WOODWARD: Well, I guess it was Secretary Rumsfeld who said that that's laughable that they don't know. I mean, who knows?

I think in making an assessment of where we are right now, a critical question is who is on the other side of this? Who is bin Laden? Who is this al Qaeda network? And just to illustrate how insidious it is, we reported in the "Washington Post" today that some of these al Qaeda cells exist in this country today. They have existed for years. The FBI has known about them. The members of the cells largely came from abroad, entered the country legally -- the authorities had not found that the groups had done anything illegal, so they can't arrest them.

But here are these people are sitting who could do more awful things. So it is a group that is very, very disciplined; very, very patient. They knew where to hit us hardest. They knew our theatrical values and, you know, how much we care about human life. And they did it.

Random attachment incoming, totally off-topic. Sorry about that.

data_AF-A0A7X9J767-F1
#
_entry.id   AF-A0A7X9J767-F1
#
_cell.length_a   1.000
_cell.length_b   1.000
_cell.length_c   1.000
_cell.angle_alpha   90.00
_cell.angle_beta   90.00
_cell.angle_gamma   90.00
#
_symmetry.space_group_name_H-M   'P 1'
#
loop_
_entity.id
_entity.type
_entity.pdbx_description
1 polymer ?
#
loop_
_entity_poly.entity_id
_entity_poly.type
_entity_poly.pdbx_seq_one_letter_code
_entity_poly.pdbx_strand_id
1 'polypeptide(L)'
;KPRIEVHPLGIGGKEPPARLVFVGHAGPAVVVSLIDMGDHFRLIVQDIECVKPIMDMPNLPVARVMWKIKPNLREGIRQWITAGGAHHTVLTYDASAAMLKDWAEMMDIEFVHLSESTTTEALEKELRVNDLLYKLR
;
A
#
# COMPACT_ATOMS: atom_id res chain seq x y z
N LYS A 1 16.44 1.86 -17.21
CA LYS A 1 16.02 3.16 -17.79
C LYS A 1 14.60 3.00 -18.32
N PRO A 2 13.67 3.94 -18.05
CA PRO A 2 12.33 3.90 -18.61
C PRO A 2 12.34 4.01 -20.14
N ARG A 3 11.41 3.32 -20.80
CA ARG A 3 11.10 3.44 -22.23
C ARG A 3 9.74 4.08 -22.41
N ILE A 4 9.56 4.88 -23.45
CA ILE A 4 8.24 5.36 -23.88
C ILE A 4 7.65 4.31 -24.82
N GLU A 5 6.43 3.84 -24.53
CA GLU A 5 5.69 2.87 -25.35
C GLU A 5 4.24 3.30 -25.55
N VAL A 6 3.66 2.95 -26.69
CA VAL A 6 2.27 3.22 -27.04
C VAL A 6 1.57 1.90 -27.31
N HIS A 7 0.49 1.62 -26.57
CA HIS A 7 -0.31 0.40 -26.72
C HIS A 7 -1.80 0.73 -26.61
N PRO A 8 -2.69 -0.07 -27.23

KING: Ambassador, if the reports in the "Post" are true, if there are cells in the United States, and they're not doing anything illegal to this second, should we take some kind of action, or do civil liberties count as paramount here?

BREMER: As we proceed in this battle -- and it's going to have many fronts -- some of them overseas, some of them in the United States -- one of the things that we have to find some balance in is taking steps which are privy to protect American security, but which also preserve the civil liberties which we have enjoyed here for a couple of hundred years. And that's going to be a hard balance to get.

I think there's a lost of loose talk going around about getting rid of civil liberties. I think we're all going to have inconveniences. And there'll be lots of inconveniences when you want to travel.